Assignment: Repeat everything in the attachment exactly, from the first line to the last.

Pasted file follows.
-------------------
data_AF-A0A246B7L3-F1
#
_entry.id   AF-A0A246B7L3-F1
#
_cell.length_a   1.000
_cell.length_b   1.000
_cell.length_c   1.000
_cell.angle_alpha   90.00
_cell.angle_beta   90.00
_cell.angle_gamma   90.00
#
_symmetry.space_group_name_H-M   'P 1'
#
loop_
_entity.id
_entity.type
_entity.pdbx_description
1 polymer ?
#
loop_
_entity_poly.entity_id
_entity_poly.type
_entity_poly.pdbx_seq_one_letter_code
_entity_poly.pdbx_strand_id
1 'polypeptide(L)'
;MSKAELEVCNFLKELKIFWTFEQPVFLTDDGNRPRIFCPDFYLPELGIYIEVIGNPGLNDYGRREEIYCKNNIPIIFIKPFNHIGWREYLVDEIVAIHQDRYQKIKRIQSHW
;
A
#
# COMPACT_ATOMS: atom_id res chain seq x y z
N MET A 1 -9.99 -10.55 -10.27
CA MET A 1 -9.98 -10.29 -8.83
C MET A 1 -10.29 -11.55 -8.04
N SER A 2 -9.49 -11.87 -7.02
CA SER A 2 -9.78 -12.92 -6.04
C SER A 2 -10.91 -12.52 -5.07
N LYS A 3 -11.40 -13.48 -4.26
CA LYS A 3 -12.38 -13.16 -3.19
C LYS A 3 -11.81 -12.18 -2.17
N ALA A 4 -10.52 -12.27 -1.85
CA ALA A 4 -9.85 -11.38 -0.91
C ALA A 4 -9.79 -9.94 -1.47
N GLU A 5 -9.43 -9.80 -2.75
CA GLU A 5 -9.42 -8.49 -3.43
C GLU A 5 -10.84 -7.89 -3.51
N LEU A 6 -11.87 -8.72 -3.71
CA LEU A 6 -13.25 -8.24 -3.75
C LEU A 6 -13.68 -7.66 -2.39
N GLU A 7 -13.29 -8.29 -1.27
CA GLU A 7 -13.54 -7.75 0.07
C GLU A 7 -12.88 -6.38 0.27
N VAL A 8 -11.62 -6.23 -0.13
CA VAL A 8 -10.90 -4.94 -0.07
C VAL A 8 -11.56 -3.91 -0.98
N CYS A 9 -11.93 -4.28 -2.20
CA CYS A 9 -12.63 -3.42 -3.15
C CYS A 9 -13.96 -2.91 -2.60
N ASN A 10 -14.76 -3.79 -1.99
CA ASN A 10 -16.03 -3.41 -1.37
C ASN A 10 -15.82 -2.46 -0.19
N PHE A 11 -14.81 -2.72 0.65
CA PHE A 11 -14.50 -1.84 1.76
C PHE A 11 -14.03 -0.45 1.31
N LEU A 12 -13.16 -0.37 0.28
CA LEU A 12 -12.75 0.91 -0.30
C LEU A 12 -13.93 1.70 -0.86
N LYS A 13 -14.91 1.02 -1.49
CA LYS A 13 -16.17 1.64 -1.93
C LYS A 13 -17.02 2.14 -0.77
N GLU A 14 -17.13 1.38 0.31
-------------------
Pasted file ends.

data_AF-A0A246B7L3-F1
#
_entry.id   AF-A0A246B7L3-F1
#
_cell.length_a   1.000
_cell.length_b   1.000
_cell.length_c   1.000
_cell.angle_alpha   90.00
_cell.angle_beta   90.00
_cell.angle_gamma   90.00
#
_symmetry.space_group_name_H-M   'P 1'
#
loop_
_entity.id
_entity.type
_entity.pdbx_description
1 polymer ?
#
loop_
_entity_poly.entity_id
_entity_poly.type
_entity_poly.pdbx_seq_one_letter_code
_entity_poly.pdbx_strand_id
1 'polypeptide(L)'
;MSKAELEVCNFLKELKIFWTFEQPVFLTDDGNRPRIFCPDFYLPELGIYIEVIGNPGLNDYGRREEIYCKNNIPIIFIKPFNHIGWREYLVDEIVAIHQDRYQKIKRIQSHW
;
A
#
# COMPACT_ATOMS: atom_id res chain seq x y z
N MET A 1 -9.99 -10.55 -10.27
CA MET A 1 -9.98 -10.29 -8.83
C MET A 1 -10.29 -11.55 -8.04
N SER A 2 -9.49 -11.87 -7.02
CA SER A 2 -9.78 -12.92 -6.04
C SER A 2 -10.91 -12.52 -5.07
N LYS A 3 -11.40 -13.48 -4.26
CA LYS A 3 -12.38 -13.16 -3.19
C LYS A 3 -11.81 -12.18 -2.17
N ALA A 4 -10.52 -12.27 -1.85
CA ALA A 4 -9.85 -11.38 -0.91
C ALA A 4 -9.79 -9.94 -1.47
N GLU A 5 -9.43 -9.80 -2.75
CA GLU A 5 -9.42 -8.49 -3.43
C GLU A 5 -10.84 -7.89 -3.51
N LEU A 6 -11.87 -8.72 -3.71
CA LEU A 6 -13.25 -8.24 -3.75
C LEU A 6 -13.68 -7.66 -2.39
N GLU A 7 -13.29 -8.29 -1.27
CA GLU A 7 -13.54 -7.75 0.07
C GLU A 7 -12.88 -6.38 0.27
N VAL A 8 -11.62 -6.23 -0.13
CA VAL A 8 -10.90 -4.94 -0.07
C VAL A 8 -11.56 -3.91 -0.98
N CYS A 9 -11.93 -4.28 -2.20
CA CYS A 9 -12.63 -3.42 -3.15
C CYS A 9 -13.96 -2.91 -2.60
N ASN A 10 -14.76 -3.79 -1.99
CA ASN A 10 -16.03 -3.41 -1.37
C ASN A 10 -15.82 -2.46 -0.19
N PHE A 11 -14.81 -2.72 0.65
CA PHE A 11 -14.50 -1.84 1.76
C PHE A 11 -14.03 -0.45 1.31
N LEU A 12 -13.16 -0.37 0.28
CA LEU A 12 -12.75 0.91 -0.30
C LEU A 12 -13.93 1.70 -0.86
N LYS A 13 -14.91 1.02 -1.49
CA LYS A 13 -16.17 1.64 -1.93
C LYS A 13 -17.02 2.14 -0.77
N GLU A 14 -17.13 1.38 0.31